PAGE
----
Omischl: I pay attention to detail off the hill. I make sure that I do every single workout properly. I'm doing my physio [therapy] and recovery and I'm not doing things that take energy away from that. I also don't cut my hours of sleep short the week of an event and I avoid horrendous travel. I make sure that I always have snacks with me so I don't lose energy or focus. Experience plays a big role and all those things add up. You've done everything imaginable in your sport except win an Olympic medal. Do you use past Olympic failures as a continual source of motivation?

A foot injury cost Omischl a shot at Olympic gold during the 2006 Winter Games in Turin, Italy. ((Lionel Cironneau/Associated Press))
Omischl: No. I understand that I'm going to have good weeks and bad weeks. I was quite proud with my performance in Salt Lake. In Torino, I was suffering through an injury and it was my first event back in about six months so I couldn't expect much. It's unfortunate but that's life. Of course I want to have better results that I've had in the past. First and foremost, I want to jump well and perform to the level that I'm capable of. Why were you proud of your 11th-place performance at the 2002 Salt Lake Winter Olympics?

Omischl: I was the young guy coming up and I probably shouldn't have made the team when I did. I didn't know what I was doing, but I still qualified fourth. It caught up with me in the final. I actually jumped pretty well before the final.

I missed my landing [in the final] on my first jump and my second jump was pretty nice, but it wasn't enough because you can't miss a landing. It was a tactical [mistake] and I didn't have enough experience at that point to know conditions and the type of speed for that jump. Coming off the 2005 world title, you had high expectations leading up to the Torino Games. Many were still hoping you would reach the podium despite your foot injury. How frustrating was it not to be at your best in 2006?

Omischl: I got hurt in the middle of July of 2005, just after I won the world championships. I competed at one event because I was desperate to go to the Olympics, but that didn't go well because I was in a lot of pain. So the next event I was at the Olympics in the semifinals and I bit off more than I could chew. I did a hard jump in the semifinals and was anticipating doing an even harder jump in the final, but I just didn't perform well. How difficult was it to know you could've won an Olympic medal if not for the injury.

Omischl: It sucked. I didn't want to go out like that. I mean I was world champion going into Torino. If you look at my stats, the worst season of my career was 2006 [because] I missed every event. Every year that I've been healthy I don't think that I was outside of the top four in the World Cup tour, so it was very bad timing. What is your aim for Vancouver? Do you want to simply reach the podium or are you gunning for gold?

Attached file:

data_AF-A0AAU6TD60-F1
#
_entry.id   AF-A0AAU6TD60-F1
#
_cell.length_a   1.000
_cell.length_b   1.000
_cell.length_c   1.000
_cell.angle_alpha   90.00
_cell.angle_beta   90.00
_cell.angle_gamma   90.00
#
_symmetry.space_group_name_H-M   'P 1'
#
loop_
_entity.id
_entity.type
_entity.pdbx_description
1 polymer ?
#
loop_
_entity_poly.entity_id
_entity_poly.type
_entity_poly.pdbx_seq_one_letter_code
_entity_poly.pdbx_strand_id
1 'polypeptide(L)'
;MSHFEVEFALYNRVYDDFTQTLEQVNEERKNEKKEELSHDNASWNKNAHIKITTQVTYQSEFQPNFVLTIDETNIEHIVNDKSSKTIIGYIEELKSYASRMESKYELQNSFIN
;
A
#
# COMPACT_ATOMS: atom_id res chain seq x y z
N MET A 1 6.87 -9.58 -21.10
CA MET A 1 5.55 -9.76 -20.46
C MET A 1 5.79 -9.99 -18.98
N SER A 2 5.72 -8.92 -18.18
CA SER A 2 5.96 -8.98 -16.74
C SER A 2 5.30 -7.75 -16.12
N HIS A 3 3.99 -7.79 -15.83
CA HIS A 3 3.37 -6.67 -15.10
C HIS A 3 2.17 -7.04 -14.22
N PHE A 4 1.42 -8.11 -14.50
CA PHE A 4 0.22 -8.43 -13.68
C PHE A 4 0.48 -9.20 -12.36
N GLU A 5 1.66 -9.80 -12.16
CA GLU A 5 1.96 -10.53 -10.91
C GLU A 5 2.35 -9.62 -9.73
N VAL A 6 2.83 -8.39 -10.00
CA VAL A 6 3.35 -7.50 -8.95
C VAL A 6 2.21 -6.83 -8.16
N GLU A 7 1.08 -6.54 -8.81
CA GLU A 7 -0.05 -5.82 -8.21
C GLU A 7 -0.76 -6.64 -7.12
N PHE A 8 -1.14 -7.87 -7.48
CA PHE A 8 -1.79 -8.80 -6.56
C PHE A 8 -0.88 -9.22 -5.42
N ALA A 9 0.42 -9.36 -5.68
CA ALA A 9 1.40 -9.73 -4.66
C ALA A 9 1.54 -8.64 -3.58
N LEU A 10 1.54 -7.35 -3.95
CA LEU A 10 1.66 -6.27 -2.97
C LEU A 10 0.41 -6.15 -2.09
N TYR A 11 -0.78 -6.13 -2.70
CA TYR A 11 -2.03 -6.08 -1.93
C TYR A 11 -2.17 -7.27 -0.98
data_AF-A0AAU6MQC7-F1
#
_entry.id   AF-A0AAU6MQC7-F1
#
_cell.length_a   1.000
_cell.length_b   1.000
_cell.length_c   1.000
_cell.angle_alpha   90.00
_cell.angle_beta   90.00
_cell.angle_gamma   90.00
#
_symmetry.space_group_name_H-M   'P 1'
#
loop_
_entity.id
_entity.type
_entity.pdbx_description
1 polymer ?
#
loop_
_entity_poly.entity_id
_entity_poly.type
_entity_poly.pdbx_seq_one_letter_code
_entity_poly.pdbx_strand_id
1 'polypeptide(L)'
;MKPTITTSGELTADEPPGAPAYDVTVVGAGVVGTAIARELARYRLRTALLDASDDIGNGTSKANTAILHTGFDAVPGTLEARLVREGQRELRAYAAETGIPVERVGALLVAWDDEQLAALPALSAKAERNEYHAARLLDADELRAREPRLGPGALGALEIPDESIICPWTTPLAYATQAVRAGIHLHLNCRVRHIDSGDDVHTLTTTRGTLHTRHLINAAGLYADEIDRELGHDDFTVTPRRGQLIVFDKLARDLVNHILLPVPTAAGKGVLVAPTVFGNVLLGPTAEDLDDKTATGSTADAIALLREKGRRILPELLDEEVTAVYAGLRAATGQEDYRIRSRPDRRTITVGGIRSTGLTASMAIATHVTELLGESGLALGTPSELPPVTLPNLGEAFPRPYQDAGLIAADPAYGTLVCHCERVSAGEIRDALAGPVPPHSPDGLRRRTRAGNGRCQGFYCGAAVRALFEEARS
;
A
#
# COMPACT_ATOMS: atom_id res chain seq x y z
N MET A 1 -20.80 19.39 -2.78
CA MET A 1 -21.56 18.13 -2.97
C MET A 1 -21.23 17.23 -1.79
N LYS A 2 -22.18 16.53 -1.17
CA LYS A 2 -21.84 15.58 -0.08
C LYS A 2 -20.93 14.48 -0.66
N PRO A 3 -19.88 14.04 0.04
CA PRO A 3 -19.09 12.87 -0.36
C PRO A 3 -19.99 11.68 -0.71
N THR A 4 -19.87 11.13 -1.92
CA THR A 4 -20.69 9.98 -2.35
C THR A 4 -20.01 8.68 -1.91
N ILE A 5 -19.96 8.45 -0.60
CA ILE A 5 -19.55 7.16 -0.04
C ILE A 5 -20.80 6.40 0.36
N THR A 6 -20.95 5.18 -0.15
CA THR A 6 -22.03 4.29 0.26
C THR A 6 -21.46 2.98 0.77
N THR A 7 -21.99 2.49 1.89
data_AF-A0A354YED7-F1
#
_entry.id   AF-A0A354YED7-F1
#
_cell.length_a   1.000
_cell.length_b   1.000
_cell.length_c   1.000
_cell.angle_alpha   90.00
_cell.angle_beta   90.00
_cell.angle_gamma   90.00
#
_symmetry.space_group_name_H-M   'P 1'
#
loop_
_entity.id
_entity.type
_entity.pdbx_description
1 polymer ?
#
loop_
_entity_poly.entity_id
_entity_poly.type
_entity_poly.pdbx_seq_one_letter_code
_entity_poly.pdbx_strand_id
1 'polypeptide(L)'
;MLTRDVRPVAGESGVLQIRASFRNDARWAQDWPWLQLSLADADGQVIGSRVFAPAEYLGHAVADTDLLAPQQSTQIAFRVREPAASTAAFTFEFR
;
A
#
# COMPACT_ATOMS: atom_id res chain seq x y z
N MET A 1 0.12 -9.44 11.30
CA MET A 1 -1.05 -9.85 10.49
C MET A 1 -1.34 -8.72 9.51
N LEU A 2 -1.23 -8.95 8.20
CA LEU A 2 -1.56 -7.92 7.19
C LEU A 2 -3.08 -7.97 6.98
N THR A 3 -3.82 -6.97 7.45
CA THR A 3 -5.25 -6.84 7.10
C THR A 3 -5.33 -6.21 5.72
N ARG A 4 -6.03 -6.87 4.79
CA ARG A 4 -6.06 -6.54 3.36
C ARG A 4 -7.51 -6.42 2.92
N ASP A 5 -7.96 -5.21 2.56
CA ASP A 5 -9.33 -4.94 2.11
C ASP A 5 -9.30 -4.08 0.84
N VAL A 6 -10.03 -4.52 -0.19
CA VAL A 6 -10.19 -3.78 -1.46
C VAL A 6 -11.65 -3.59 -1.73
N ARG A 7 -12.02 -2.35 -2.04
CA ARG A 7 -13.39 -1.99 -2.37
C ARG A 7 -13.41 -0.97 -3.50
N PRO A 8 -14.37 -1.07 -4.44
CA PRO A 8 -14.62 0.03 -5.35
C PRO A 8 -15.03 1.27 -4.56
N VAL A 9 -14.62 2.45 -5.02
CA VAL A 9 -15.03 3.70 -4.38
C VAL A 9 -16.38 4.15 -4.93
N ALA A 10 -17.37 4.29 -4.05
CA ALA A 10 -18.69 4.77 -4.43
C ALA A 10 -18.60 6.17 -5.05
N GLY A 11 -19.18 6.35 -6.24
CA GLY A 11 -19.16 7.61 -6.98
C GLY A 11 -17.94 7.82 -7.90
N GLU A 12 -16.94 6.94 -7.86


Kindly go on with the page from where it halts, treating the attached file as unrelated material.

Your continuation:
Omischl: I get a kick out of those questions [begins to laugh]. I'm gunning for what I'm capable of and I'm fine with wherever that puts me. I want to finish my career the way it should be finished. Canada has always had terrific freestyle skiers. Is there a good chance we will see multiple medals from you and your teammates in Vancouver?

Omischl: Anything is possible. We've always had a strong team so I don't think it's going to be different than any other year. We have a dominant team on the World Cup tour and that's all you can ask for. It's no secret Canadian Olympic Committee officials have high hopes for Canada to win the medal count in 2010. Does that put any more pressure on your team?

Omischl: That's their goal. My goal is to focus on my job and what I have to do. It's so obvious. The only way you're going to get results [in Vancouver] is if you focus on the job first. Any time I get this question I answer it pretty simple: that I need to hit a takeoff and hit a landing. That's all I can control. If other people want to talk about medal counts let them talk. Overall, how do you feel about competing at the Olympics on home turf?

Omischl: Ten years from now, I will look back and say, "Wow, that was amazing," but for now I've got a job to do. If I get my eyes off of what I've got to do, then I'm not going to have the performance I'm looking for. I don't want to say I don't care — I will in 10 years — but right now I can't get caught up in that.